We're officially in NBA draft season as underclassmen declare and fans of lottery teams begin taking a shine to certain prospects. We're also a decade into the NBA age minimum. In the wake of the publication of Jonathan Abrams' book on the one-and-done era, Paul Flannery and Tom Ziller assess the current draft and development system and look for better solutions.

FLANNERY: You had some thoughts on the age minimum after reading Jonathan Abrams' new book, and having read it myself, I wanted to explore this a little bit more. We both have our issues with the one-and-done rule, but I have to say that my opinion is evolving a bit.

I have some empathy for some aspects of the NBA's position, namely keeping scouts and GMs out of high school gyms. I'm also not sure that the NBA life is a good one for 18-year-olds. I was struck by how many of the players in Abrams' telling wished they had either gone to college or agreed with the idea that coming straight out of high school was not in their best interests.

That said. if the choice is an open enrollment policy or indentured servitude to the billion-dollar cash grab that is college basketball then I'm all for opening the doors back up to 18-year-olds. I just wish it wasn't such a stark choice.

There's a lot to unpack here and I don't want us to run around in circles, so let's start here: Did anything in Abrams book cause you to alter your stance a little? I think it's fair to say we both approach this as hardliners.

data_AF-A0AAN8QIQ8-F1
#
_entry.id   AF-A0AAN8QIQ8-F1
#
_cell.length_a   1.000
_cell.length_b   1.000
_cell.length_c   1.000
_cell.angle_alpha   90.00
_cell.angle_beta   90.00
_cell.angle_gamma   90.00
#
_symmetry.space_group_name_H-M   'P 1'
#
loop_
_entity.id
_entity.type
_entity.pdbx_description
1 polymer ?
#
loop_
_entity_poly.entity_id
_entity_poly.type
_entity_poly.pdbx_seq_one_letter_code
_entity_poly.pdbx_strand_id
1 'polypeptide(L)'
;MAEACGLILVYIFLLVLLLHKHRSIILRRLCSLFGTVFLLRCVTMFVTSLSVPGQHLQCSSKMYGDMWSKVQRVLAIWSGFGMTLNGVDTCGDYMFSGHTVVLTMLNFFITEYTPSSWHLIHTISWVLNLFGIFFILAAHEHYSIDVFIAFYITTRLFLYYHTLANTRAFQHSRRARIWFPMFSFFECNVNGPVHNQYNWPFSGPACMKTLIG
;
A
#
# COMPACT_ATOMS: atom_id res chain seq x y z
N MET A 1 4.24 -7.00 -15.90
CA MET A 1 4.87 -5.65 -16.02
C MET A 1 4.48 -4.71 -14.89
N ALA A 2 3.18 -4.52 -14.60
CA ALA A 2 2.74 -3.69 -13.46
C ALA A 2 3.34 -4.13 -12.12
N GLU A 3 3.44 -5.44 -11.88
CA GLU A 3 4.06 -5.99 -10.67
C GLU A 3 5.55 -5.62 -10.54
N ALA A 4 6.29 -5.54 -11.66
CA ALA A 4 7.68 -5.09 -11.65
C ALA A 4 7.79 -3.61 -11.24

ZILLER: It's funny: though Abrams appears to be opposed to the one-and-done rule, and makes a convincing case against it, I too had my views moderated by reading it. I've been an anti-minimum hardliner since 2005, but like you I'm coming around to feel that the modern NBA isn't the best place for 18 and 19-year-olds to develop their skills. So few teams practice much during the season these days, and while top line players get fewer minutes, it's really tough to get young guys the game exposure they need.

To me, it's in the NBA's interest to allow 18-year-olds who are capable of playing professional basketball to do so. I no longer think that must be done in the NBA itself. But sending the vast majority to play for free at academic institutions is not an acceptable solution, in my opinion.

I think the D-League is the answer.

FLANNERY: I'm not so sure about that one. The problem with the D-League is there are so few quality big men to go around that the game takes on a different dimension. There's also the dynamic of veteran players trying to get noticed balanced with the need to develop young players. Some teams are better at this than others and there's a small competitive advantage to be had for teams who are willing to invest time and resources.

A scout suggested to me that there's also a real benefit for players performing under pressure situations against their peers in the college atmosphere, where games are televised and the crowds are engaged. That's anecdotal, of course, but I think there's something to that. The issue, again, is money. Neither operation pays a competitive wage.